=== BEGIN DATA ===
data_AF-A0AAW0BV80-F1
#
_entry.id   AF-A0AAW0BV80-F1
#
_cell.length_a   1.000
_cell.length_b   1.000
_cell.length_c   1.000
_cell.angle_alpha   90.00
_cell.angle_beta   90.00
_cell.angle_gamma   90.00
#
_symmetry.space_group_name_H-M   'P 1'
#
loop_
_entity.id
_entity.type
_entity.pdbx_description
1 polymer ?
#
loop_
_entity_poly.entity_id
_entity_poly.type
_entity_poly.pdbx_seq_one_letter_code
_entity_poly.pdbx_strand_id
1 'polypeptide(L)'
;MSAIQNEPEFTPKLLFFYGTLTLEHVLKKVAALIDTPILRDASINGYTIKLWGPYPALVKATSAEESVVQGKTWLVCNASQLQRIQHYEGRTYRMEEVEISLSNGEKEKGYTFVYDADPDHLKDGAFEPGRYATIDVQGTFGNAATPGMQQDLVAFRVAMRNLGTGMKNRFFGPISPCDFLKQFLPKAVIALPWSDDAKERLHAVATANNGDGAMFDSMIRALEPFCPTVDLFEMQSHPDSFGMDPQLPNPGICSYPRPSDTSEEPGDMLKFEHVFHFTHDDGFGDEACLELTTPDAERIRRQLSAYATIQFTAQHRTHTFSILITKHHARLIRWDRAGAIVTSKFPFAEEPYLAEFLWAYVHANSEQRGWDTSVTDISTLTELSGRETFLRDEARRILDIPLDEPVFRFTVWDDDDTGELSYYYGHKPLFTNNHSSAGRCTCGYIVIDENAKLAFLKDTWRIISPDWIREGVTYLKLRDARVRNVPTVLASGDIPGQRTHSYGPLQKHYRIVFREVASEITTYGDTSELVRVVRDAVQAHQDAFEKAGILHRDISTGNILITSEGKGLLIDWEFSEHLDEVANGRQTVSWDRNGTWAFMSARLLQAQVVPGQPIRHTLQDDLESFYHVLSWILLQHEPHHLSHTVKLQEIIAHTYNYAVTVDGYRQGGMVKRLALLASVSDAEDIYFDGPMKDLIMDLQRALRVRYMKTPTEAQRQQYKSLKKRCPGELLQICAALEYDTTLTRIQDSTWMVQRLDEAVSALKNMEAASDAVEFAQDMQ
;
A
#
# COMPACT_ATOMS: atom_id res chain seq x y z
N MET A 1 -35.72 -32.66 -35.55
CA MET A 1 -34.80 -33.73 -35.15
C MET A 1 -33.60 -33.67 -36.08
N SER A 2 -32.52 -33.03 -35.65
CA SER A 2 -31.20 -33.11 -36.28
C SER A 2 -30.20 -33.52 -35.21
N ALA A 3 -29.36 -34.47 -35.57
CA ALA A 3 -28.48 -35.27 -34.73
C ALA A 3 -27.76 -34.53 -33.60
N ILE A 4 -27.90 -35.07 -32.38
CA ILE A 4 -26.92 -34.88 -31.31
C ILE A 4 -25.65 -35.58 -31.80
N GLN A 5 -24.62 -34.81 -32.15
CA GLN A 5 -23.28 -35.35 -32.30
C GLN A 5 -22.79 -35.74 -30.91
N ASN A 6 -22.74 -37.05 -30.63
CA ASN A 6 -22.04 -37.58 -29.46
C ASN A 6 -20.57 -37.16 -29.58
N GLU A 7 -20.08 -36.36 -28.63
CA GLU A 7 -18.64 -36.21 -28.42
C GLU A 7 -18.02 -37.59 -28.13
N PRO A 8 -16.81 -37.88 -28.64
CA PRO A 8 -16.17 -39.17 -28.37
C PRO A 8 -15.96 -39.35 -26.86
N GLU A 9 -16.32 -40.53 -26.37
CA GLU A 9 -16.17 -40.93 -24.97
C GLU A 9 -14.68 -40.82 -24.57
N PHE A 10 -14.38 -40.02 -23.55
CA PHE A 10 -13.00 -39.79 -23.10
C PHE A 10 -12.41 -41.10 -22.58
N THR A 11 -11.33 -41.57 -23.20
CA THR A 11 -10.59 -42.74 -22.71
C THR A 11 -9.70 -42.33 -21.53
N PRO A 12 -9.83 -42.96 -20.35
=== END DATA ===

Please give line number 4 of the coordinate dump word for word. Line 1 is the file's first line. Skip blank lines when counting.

#